The Heroes of Desegregating in Public Libraries
Public libraries are beloved community centers that offer access to computers, reading materials, and intriguing programming. But younger generations may not realize that in the thick of the Civil Rights Movement public libraries were just as segregated as the rest of the country. In fact, “the few public libraries in the South that did provide limited services to blacks often subjected them to experiences that were humiliating” (Eberhart, 2018). So in honor of Black History Month, we are going to look at those African American individuals who were crucial in desegregating public libraries.
Sit-ins and other peaceful protests played important milestones in the Civil Rights Movement, particularly when fighting for equal access to public libraries. The first library sit-in occurred in August 1939 when five African American men entered the Barrett Branch of the Alexandria (VA) Public Library and requested library cards. When they were denied library cards, the men peacefully read books until the police arrested them for using a “whites-only” facility. In response to the altercation, the Alexandria Public Library opened the Robinson Library, a substandard library that, today, houses the Alexandria Black History Museum (Newseum, 2015).
Again, on July 16, 1960 eight students, including Jesse Jackson, who later became a famous civil rights activist and minister, utilized the “whites-only” reading room” at the Greenville County (SC) Public Library because the book they needed for a school assignment was not available at the African American library. Although the librarian commanded them to leave multiple times, the “Greenville Eight” persevered. Police finally arrested the group and the library closed indefinitely so it would not be liable for discrimination lawsuits.
Public pressure eventually forced the library to reopen and while the city mayor refused to admit the library system was now integrated he implied it: “The city libraries will be operated for the benefit of any citizen having a legitimate need for the library and their facilities…” Due to their courage, the Greenville Eight set a precedent for other African American students fighting for their right to use public libraries.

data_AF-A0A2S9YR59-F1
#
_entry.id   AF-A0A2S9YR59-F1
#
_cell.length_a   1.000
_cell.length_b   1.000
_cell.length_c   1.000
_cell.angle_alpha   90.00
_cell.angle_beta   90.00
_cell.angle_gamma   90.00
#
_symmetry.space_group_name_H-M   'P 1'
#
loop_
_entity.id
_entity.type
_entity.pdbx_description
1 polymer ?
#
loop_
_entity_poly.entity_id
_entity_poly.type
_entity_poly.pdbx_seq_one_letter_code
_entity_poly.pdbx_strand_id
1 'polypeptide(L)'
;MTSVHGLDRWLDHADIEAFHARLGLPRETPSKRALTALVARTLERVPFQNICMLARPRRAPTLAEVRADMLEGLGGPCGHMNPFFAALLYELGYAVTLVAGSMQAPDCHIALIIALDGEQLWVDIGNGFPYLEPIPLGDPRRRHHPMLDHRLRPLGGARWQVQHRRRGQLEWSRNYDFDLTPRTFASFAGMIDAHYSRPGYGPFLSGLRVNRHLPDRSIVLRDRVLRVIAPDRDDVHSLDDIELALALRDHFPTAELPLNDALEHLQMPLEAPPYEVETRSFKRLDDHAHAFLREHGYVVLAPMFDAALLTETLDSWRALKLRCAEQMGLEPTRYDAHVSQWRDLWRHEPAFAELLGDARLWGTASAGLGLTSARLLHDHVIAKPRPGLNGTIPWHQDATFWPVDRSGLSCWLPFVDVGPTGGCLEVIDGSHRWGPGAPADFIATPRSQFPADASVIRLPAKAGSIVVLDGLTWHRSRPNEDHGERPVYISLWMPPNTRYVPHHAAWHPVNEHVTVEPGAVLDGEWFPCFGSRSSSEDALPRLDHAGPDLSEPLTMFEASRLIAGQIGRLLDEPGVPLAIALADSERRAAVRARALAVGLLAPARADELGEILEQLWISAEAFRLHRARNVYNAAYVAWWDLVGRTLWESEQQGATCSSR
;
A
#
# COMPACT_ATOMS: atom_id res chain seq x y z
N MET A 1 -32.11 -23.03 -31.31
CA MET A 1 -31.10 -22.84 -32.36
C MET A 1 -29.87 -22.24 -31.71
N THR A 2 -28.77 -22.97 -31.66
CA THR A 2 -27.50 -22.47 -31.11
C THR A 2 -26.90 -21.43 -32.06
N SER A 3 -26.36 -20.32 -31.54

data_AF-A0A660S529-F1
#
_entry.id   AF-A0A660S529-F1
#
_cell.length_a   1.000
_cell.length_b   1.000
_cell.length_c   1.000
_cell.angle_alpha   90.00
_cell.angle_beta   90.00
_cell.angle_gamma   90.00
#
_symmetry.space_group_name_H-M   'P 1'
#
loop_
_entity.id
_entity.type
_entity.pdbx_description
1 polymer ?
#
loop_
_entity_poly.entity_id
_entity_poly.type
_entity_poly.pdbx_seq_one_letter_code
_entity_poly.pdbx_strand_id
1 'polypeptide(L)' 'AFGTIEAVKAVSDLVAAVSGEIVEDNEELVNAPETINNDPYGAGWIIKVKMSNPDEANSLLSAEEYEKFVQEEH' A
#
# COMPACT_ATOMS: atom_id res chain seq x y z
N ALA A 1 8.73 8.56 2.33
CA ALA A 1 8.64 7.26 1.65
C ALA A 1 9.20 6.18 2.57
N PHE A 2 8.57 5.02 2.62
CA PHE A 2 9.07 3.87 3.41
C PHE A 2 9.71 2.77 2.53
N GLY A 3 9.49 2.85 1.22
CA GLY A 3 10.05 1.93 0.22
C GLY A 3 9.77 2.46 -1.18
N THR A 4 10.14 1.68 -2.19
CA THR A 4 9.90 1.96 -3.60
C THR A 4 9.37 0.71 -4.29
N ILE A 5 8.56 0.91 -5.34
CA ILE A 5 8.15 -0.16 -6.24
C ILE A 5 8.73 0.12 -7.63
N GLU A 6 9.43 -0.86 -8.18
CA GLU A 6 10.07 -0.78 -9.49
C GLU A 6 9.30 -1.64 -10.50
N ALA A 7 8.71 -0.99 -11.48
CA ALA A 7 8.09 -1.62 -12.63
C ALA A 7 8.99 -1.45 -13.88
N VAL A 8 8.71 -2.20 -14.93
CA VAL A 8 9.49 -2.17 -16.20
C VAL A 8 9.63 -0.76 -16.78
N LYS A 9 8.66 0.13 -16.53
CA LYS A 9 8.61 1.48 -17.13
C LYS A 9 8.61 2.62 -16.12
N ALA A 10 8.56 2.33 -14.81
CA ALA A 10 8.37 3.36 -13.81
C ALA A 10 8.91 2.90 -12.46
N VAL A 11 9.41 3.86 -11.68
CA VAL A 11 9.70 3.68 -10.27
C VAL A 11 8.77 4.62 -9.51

Similarly, the “Tougaloo Nine” walked into the Jackson (MS) Public Library needing to research for a school assignment and were promptly arrested and detained for thirty-six hours. At the courthouse, their one-hundred supporters were beaten by policemen and attacked by police dogs. Even so, “the brutality exercised on black people supporting the library protesters in Jackson set in motion broader desegregation activities in Mississippi” (Wiegrand, 2017).
St. Helen Four:
Finally, on March 7, 1964 the “St. Helen Four” approached the St. Helen branch of the Audubon Public Library in Greensburg, Louisiana, where the librarian immediately locked the door. However, instead of giving up these four students returned to the library every day–even amidst protesters and harassers–and regularly drank from the “whites-only” water fountain (Wiegrand, 2017).
The first day of school at Ft. Myer Elementary School after the Brown vs. Board of Education ruling.
The bravery these protesters exhibited during such an important time in our nation’s history influenced three of the Supreme Court’s decisions that helped dismantle segregation in public libraries: Brown vs. Board of Education, which overran the “separate but equal” ruling in segregated schools with broader implications. Also, the Civil Rights Act of 1964 outlawed discrimination in public facilities, including public libraries. Finally, the Voting Rights Act of 1965 gave African Americans power in their local governments and thus in their local public libraries (A History of Public Libraries).
Thankfully, today the American Library Association (ALA)–the governing organization over all libraries in America–fully supports African Americans’ right to public library access (ALA Bill of Rights). On June 24, 2018, the governing council of the ALA “apologiz[ed] to African Americans for wrongs committed against them in segregated public libraries” and applauded those “who risked their lives to public libraries for their bravery and courage in challenging segregation in public libraries and in forcing public libraries to live up to the rhetoric of their ideals” (Eberhart, 2018). Truly, these heroes in the desegregation of public libraries played vital roles in shaping the future of our country’s libraries.
Digital Public Library of America. A history of US public libraries. Retrieved from: https://dp.la/exhibitions/history-us-public-libraries/segregated-libraries/desegregation.
Eberhart, G. (2017, June 1). The greenville eight: The sit-in that integrated the greenville library. Retrieved from: https://americanlibrariesmagazine.org/2017/06/01/greenville-eight-library-sit-in/.
Eberhart, G. (2018, June 25). Desegregating public libraries: The untold stories of civil rights heroes in jim crow south. Retrieved from: https://americanlibrariesmagazine.org/blogs/the-scoop/desegregating-public-libraries/.
Newseum (2015, February 9). Unsung heroes: Virginia library sit-in. Retrieved from: http://www.newseum.org/2015/02/09/unsung-heroes-virginia-library-sit-in/.
Wiegand, W. (2017, June 1). Desegregating libraries in american south: Forgotten heroes in civil rights history. Retrieved from: https://americanlibrariesmagazine.org/2017/06/01/desegregating-libraries-american-south/.